Meet Chantelle. A kiwi expat in Stockholm.
Where have you been living as a Kiwi expat?
What took you there, what do you do?
I’m doing an exchange semester for my final semester of my law degree.
How do you find living overseas on your own – had you ever lived alone before?
Nope, this is my first time living alone. I love it – although cooking and eating by myself can be a bit lonely. I also seem to either have too much food or not a proper meal. So its always best having friends round to cook for.
Your favourite spots?
Stockholm is amazing because there is so much water and natural areas right in the city. There is a forest and a beach just behind my suburb, which I love to go walking around.
There are also a lot of great lookout spots where friends and I would just sit in summer with our takeaway “fikas” (coffees) and kanelbulles (cinnamon buns), and just chat away and people watch!
What do you miss most about home?
Fish n chips with L&P on the beach with friends.
Worst thing about living there?
Lack of UV light. Seriously, 5 hours in all of November. I don’t think NZ ever gets to 0 during the day time on UV light exposure
Best thing about living abroad?
Experiencing new cultures and falling in love with new cities. Even though I speak minimal Swedish (so hard to learn when everyone here can speak perfect English and so they just respond to my attempts of Swedish in English), its amazing how homely Stockholm as a city now feels. Like a home away from home.
What would you recommend doing in Stockholm, with only a weekend?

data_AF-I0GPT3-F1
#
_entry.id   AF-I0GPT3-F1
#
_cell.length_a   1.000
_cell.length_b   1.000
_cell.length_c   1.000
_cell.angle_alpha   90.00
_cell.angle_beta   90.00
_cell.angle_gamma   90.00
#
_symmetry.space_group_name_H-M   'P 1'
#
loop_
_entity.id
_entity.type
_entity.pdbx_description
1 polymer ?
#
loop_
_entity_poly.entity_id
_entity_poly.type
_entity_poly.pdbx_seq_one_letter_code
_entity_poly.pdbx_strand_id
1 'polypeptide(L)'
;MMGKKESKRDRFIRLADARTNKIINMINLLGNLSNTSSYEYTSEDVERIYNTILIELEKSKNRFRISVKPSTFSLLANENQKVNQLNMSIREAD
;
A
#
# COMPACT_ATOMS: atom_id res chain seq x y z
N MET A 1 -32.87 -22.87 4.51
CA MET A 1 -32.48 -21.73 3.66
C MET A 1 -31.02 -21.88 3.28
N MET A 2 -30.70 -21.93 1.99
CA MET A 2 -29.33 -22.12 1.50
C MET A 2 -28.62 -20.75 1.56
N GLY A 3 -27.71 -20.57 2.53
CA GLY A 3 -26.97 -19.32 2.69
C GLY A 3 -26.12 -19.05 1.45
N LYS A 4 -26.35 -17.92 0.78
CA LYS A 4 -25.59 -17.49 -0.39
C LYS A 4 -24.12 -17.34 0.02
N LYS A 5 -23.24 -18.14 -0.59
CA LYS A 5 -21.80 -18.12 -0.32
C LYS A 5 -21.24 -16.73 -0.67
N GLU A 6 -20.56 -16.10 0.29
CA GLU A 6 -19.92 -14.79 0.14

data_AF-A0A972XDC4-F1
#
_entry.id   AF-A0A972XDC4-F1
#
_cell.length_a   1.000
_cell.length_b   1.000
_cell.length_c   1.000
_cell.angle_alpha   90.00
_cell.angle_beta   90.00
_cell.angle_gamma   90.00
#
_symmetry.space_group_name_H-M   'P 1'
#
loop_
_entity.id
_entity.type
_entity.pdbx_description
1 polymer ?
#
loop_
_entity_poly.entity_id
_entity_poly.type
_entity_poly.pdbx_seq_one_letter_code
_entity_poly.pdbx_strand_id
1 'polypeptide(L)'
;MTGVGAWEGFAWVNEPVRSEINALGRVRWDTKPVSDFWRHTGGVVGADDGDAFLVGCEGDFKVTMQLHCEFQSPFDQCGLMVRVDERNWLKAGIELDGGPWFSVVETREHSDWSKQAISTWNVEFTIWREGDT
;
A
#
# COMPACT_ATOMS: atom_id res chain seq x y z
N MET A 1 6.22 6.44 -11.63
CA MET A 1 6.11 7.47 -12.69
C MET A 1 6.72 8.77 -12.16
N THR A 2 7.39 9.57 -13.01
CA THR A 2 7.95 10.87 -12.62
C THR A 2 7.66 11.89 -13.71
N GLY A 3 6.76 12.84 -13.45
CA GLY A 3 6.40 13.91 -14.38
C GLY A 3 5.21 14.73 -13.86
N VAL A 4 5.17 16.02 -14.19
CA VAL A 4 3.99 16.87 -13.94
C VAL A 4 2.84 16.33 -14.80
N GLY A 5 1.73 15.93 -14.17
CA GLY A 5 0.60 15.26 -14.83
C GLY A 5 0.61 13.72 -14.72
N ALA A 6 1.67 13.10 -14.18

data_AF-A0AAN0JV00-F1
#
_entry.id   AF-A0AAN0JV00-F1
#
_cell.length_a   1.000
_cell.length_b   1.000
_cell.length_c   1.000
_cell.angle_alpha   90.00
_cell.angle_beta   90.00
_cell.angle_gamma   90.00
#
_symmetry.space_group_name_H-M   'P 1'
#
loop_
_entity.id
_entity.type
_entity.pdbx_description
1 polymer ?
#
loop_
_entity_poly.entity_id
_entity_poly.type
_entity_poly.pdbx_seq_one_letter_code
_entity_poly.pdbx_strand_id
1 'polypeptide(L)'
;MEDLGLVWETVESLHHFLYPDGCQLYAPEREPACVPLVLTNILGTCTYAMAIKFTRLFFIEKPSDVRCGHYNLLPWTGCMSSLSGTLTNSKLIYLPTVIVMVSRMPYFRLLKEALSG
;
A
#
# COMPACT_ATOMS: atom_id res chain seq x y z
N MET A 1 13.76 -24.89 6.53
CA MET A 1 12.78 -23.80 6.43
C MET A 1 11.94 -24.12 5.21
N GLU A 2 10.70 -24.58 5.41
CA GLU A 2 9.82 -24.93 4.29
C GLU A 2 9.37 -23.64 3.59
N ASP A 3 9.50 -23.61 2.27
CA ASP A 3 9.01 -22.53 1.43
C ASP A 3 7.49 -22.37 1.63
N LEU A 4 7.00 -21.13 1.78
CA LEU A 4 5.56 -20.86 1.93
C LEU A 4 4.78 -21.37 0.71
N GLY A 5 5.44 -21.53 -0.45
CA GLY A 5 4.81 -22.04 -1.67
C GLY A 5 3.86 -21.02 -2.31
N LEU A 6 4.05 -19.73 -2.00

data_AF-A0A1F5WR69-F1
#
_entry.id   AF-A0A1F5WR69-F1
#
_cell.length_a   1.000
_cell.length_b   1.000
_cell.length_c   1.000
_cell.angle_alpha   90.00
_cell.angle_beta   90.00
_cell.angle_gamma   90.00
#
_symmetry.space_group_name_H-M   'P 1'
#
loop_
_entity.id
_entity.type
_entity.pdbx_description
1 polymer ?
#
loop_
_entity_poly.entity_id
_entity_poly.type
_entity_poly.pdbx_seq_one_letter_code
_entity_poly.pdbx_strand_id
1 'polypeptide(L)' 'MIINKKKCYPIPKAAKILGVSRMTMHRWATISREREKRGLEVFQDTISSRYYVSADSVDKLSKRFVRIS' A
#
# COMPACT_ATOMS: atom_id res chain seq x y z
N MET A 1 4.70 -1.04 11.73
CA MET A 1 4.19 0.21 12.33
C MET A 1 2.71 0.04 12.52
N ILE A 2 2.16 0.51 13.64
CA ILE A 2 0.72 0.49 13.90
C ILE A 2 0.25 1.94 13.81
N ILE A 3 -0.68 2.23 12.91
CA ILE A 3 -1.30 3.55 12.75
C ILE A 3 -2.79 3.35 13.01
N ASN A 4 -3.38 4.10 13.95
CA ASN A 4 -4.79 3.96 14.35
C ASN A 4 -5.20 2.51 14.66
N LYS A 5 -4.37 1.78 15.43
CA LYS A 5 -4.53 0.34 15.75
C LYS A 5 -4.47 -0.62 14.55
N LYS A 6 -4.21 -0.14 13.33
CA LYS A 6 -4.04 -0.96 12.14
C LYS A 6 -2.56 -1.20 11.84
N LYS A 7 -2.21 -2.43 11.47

Weekend, well this really depends on whether you are here summer or winter… But assuming it’s winter the first stop would be Gamla Stan (the Old Town).
In Gamla Stan, one side is full of tourists, but there is the smallest road in Stockholm and famous little quaint houses in Stortorget the oldest square. Chockladkoppen and Fabrique are two cute cafes I’d highly recommend too. Grab something to takeaway and head over to Riddarholmen, the island parallel to Gamla Stan – it has a beautiful view of the Town Hall and Södermalm.
On Friday experience the madness of Systembolaget, the state-owned monopoly on alcohol retail sales. Any central location from about 4pm on a Friday will have a constant stream of people going in to stock up, as they close by 7pm and only open Saturday 11 – 3 (closed Sundays). Stockholm caters for a diverse nightlife. A few of my favourite clubs are Marie Laveau, Koh Phangan, Sturecompagniet and Vampire Lounge.
The next day, wander from Sergels Torg to Kungliga Djurgården along the waterfront. At Djurgården there are many museums to choose from, the most popular being the Vasa, though my favourite is the Spirits Museum.
Wandering around Södermalm is also a must. There are beautiful views back towards Gamla Stan, a gorgeous old church – Katarina Kryka, Fotografiksa (photo gallery) vintage shops and wonderful places to just people watch.
At some point of the weekend a Swedish sauna is necessary, some are little floating buildings on the lakeside so have the option for a cold plunge after. However if the weather is warmer there are great places to swim or experience the city by boat on a ferry ride to an outer island in the archipelago to go hiking, or even to the new Royal Palace in Drottningholm.
What’s the best experience you’ve had in Stockholm?
I was lucky enough to secure a seat for the Welcome Reception for International Researchers at the Stockholm Stadshuset, where there was a reception in the Blue Hall (where the Nobel Banquet is held) and then we had our own dinner up in the Golden Room… pretty amazing place and surrounded by many researchers and academics.
I also got to go visit the Nobel Museum the week when the laureates were announced, which was pretty amazing and inspiring. This week there are lectures and dialogues as part of the Nobel Prize week. The Autumn semester is a great time to be studying in Stockholm.
But to be honest the most fun I have had is showing my best friend my new city, the people, the places and sharing the experience with her.